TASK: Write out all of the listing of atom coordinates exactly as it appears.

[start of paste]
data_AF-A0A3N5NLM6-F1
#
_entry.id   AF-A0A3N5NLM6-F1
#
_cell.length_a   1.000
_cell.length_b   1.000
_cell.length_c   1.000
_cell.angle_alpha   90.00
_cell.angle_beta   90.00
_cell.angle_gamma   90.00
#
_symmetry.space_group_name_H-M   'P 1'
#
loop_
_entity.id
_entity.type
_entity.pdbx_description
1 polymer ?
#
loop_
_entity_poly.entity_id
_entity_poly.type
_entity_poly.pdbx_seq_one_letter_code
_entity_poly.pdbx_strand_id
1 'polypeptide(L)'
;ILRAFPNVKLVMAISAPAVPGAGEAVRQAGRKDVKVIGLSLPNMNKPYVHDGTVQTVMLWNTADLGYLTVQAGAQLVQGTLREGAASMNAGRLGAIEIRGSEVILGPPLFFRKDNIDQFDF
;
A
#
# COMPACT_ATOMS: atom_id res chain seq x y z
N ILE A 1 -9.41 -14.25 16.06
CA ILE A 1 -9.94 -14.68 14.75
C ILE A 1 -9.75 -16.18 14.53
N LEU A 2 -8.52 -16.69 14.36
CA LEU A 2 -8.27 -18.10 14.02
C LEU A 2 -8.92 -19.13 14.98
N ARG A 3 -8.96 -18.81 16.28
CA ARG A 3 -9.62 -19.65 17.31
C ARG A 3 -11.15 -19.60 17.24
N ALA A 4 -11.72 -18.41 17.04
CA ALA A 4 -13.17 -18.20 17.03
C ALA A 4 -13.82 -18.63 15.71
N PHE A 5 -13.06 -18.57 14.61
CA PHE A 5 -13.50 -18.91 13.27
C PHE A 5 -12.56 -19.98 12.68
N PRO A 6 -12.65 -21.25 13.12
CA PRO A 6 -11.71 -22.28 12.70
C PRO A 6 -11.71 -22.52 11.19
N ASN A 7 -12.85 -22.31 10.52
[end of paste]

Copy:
data_AF-A0A3N5NLM6-F1
#
_entry.id   AF-A0A3N5NLM6-F1
#
_cell.length_a   1.000
_cell.length_b   1.000
_cell.length_c   1.000
_cell.angle_alpha   90.00
_cell.angle_beta   90.00
_cell.angle_gamma   90.00
#
_symmetry.space_group_name_H-M   'P 1'
#
loop_
_entity.id
_entity.type
_entity.pdbx_description
1 polymer ?
#
loop_
_entity_poly.entity_id
_entity_poly.type
_entity_poly.pdbx_seq_one_letter_code
_entity_poly.pdbx_strand_id
1 'polypeptide(L)'
;ILRAFPNVKLVMAISAPAVPGAGEAVRQAGRKDVKVIGLSLPNMNKPYVHDGTVQTVMLWNTADLGYLTVQAGAQLVQGTLREGAASMNAGRLGAIEIRGSEVILGPPLFFRKDNIDQFDF
;
A
#
# COMPACT_ATOMS: atom_id res chain seq x y z
N ILE A 1 -9.41 -14.25 16.06
CA ILE A 1 -9.94 -14.68 14.75
C ILE A 1 -9.75 -16.18 14.53
N LEU A 2 -8.52 -16.69 14.36
CA LEU A 2 -8.27 -18.10 14.02
C LEU A 2 -8.92 -19.13 14.98
N ARG A 3 -8.96 -18.81 16.28
CA ARG A 3 -9.62 -19.65 17.31
C ARG A 3 -11.15 -19.60 17.24
N ALA A 4 -11.72 -18.41 17.04
CA ALA A 4 -13.17 -18.20 17.03
C ALA A 4 -13.82 -18.63 15.71
N PHE A 5 -13.06 -18.57 14.61
CA PHE A 5 -13.50 -18.91 13.27
C PHE A 5 -12.56 -19.98 12.68
N PRO A 6 -12.65 -21.25 13.12
CA PRO A 6 -11.71 -22.28 12.70
C PRO A 6 -11.71 -22.52 11.19
N ASN A 7 -12.85 -22.31 10.52